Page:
Why are breasts good

Breast exam - what, when and how?

Palpation examination at home and at the doctor's

Every woman should feel her breast at home once a month if possible. In addition to the routine examinations at the gynecologist, this self-examination is advisable: About 80 out of 100 patients have discovered their tumor themselves while palpating their breasts. The best time for this is the first half of the cycle, ideally between the third and seventh day after the start of the menstrual period, when the glandular tissue is particularly soft and changes are easier to feel. Women who consistently take hormone supplements and therefore do not have a monthly bleeding should ask their gynecologist about the most convenient time for the self-examination. He will also be happy to show you the correct technique of scanning if you are unsure. For the early detection of cancer, however, palpation alone does not offer sufficient security, since small tumor cell nests cannot be detected. Therefore, in certain cases, further examinations are useful and necessary.

Here you should see your doctor

While doing a breast self-exam or looking in the mirror, look for the changes described below. If you find one or more of them, have them checked out by your gynecologist.

  • Knotty changes, newly appearing rough spots and hardening in the chest area or in the armpit
  • Skin indentations or protrusions and drawn-in nipples
  • Changes in the skin such as redness, flaking, orange peel or discoloration
  • Changes in the size or shape of the breast
  • Newly occurring side differences of the breasts with regard to, for example, size, shape, position or effect when the arms are raised
  • Fluid leaking from the nipple

Self-examination - the right technique

  • For the self-examination, first stand in front of the mirror and put your arms on your hips. Examine your breasts for the visible changes noted above. Now repeat this with your arms folded behind your head.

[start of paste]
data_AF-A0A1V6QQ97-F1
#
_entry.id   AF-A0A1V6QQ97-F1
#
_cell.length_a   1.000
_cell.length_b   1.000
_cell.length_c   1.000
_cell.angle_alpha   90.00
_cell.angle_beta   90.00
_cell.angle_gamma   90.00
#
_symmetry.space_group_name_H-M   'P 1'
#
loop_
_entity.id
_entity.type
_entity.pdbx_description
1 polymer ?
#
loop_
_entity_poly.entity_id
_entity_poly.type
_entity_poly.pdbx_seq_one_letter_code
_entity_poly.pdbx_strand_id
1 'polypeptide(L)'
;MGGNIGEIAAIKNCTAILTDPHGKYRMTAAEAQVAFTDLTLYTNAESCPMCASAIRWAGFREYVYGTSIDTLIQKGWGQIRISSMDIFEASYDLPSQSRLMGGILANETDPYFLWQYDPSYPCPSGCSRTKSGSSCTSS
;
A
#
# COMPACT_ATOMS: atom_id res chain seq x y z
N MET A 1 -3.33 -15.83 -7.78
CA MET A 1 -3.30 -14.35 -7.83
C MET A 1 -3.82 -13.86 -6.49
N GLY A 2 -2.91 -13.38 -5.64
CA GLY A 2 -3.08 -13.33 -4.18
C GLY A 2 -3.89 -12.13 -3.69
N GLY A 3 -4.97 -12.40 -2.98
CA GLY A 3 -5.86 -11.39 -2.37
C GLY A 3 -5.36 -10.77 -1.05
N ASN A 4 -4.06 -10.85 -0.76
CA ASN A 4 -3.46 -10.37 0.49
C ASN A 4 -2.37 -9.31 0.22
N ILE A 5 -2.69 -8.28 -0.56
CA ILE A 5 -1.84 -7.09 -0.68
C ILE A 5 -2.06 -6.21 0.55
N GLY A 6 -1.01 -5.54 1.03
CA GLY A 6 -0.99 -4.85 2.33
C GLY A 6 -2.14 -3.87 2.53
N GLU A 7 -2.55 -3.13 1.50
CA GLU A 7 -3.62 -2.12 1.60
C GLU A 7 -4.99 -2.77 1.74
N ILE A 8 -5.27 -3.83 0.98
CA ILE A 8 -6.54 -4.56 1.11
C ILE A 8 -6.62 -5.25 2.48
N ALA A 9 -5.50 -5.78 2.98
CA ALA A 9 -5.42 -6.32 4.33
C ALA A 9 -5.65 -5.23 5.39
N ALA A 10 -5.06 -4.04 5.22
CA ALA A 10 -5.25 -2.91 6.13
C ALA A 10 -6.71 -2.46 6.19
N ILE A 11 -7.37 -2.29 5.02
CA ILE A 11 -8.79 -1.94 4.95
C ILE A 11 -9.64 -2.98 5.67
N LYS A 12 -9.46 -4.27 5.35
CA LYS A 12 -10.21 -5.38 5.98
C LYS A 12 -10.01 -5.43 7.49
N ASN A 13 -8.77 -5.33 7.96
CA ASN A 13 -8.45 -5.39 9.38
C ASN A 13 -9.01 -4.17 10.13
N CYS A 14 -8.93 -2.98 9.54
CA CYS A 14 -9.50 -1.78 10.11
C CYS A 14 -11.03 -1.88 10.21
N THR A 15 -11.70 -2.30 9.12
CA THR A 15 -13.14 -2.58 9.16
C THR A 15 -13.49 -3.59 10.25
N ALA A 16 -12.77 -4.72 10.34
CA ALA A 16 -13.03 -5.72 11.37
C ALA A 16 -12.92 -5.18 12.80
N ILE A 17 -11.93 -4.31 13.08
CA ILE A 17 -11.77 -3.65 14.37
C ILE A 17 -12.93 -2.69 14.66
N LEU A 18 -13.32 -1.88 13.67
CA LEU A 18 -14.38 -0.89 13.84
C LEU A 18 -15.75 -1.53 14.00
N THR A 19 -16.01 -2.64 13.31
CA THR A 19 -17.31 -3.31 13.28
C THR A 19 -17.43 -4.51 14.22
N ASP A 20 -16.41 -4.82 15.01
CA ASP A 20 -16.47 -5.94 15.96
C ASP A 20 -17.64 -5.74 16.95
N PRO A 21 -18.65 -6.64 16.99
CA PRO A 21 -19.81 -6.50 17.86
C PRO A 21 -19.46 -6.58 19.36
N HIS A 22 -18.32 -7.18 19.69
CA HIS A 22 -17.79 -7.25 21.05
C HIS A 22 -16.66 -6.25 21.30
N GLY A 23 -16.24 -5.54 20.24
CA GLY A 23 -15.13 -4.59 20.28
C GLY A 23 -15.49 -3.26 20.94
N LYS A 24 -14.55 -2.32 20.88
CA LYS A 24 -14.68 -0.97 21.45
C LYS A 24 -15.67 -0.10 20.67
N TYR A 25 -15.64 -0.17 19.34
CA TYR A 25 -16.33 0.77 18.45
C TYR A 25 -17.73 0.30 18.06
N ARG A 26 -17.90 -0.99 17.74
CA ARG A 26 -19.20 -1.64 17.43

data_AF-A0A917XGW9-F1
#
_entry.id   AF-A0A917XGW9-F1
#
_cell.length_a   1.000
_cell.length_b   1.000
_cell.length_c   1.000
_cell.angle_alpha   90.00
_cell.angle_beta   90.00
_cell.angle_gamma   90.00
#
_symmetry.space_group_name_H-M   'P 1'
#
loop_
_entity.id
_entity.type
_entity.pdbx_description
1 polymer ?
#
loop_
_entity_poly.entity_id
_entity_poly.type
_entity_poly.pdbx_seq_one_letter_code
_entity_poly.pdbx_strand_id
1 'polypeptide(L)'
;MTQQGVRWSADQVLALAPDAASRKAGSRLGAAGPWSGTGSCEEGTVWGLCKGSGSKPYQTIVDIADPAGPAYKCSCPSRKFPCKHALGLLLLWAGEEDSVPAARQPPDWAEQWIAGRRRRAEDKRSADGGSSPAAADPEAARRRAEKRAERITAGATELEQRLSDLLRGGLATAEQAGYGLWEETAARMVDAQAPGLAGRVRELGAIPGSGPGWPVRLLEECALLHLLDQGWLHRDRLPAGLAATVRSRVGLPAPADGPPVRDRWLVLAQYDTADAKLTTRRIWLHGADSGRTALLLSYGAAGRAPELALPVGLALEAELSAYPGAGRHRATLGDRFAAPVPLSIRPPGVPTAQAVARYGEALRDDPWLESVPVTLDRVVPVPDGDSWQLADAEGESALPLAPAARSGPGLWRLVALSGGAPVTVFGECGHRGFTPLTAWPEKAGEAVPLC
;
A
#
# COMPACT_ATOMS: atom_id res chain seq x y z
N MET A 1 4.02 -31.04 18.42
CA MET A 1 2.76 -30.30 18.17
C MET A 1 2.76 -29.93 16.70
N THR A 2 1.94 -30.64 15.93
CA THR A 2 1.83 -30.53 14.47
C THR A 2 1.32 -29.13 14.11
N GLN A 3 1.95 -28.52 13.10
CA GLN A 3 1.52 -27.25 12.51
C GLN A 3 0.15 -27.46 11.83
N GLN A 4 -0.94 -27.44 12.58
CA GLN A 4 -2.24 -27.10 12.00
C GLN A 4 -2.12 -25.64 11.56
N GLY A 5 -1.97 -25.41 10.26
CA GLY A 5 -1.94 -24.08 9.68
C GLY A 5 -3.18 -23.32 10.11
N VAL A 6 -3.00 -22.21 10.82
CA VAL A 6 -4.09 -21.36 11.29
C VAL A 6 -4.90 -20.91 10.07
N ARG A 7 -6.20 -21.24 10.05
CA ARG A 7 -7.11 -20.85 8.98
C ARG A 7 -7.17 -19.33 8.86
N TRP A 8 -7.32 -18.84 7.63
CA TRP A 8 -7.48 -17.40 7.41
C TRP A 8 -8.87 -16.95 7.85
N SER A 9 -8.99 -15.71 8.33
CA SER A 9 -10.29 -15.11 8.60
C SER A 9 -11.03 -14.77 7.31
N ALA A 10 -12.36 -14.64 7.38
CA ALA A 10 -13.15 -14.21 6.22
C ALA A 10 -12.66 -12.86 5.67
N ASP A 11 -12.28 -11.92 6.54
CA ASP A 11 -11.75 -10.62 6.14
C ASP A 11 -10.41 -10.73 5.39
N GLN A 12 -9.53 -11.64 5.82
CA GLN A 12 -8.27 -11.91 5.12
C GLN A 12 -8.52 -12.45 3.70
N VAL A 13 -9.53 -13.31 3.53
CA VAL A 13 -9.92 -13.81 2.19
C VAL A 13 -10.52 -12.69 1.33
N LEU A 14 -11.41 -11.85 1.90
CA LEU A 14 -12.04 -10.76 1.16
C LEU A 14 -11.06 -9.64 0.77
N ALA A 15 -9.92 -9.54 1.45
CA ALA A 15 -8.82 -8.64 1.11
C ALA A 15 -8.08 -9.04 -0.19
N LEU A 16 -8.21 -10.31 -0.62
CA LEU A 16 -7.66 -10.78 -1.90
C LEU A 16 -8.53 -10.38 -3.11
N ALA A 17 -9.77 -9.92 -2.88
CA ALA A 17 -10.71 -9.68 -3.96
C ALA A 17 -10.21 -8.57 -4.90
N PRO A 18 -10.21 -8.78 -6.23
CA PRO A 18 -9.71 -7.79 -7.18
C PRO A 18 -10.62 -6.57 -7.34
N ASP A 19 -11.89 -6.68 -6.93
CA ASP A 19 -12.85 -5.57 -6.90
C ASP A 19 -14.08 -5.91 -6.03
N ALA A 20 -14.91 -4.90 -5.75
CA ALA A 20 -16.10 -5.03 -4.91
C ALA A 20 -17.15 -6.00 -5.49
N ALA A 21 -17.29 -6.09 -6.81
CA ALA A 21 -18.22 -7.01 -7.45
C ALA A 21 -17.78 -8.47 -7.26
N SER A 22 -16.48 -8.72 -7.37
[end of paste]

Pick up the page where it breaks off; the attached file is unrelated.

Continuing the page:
• Then check whether secretion is leaking from the nipples: gently press the nipple between your thumb and forefinger and repeat this on the other side.
  • Now, with your arm hanging down, slowly feel one quarter after the other from the edge of the chest to the nipple. It is important to pay attention to rough spots and knotty changes. Repeat this process with your arm folded behind your head and check the armpit for lumps as well. You should perform this palpation examination again while lying down, as hidden changes may only become noticeable when you change position.

Breast sonography

The ultrasound examination - medical sonography - takes place either in addition to the palpation examination by the gynecologist, or after a mammography. Sonography is uncomplicated and risk-free and allows, among other things, an assessment of cysts and other benign changes. In some cases, breast ultrasound can eliminate the need for further examinations, such as a mammogram. On the other hand, the combination of sonography and mammography can increase the cancer detection rate - for example in the case of very dense mammary gland tissue.

Mammography often brings security

In the event of uncertain or suspicious findings from the palpation examination and any sonography that has already been carried out, a special X-ray examination of the breast, the mammography, is carried out. With their help, the doctor can further narrow down whether a change is benign or malignant. If in doubt - if not already done - an ultrasound examination is then carried out and a tissue sample may be taken, known as a medical biopsy.

In Germany, women between 50 and 69 years of age are entitled to a mammography, the so-called mammography screening, which takes place every two years. This program is used for the early detection of breast cancer and here, exceptionally, mammograms may also be carried out without suspicion of an illness. These X-ray examinations take place in special screening facilities.

Magnetic resonance imaging - MRI for short

An additional imaging method is magnetic resonance tomography, also known as magnetic resonance tomography. If the breast is examined with this, the doctor speaks of breast MRI or MR mammography. It is only performed in certain cases, for example in the case of uncertain diagnoses in mammography, if the extent of the tumor is unclear, in women with very dense breast tissue or with breast implants, and in women for whom a tissue sample, known as a biopsy, is difficult to perform. While X-rays are used in mammography, doctors use MRI to measure energy currents that are generated under the influence of a strong magnetic field.

If in doubt, biopsy

Only when the palpation and imaging examinations do not provide reliable results of a change does the doctor take a tissue sample from the suspicious area and have it examined under the microscope. This so-called biopsy is now performed using various techniques, usually under X-ray or ultrasound control. In some cases, it is also necessary to have a tissue sample removed by surgery - for example, if fluid leaks from the nipple. Ultimately, a biopsy can clearly determine whether a change is benign or malignant.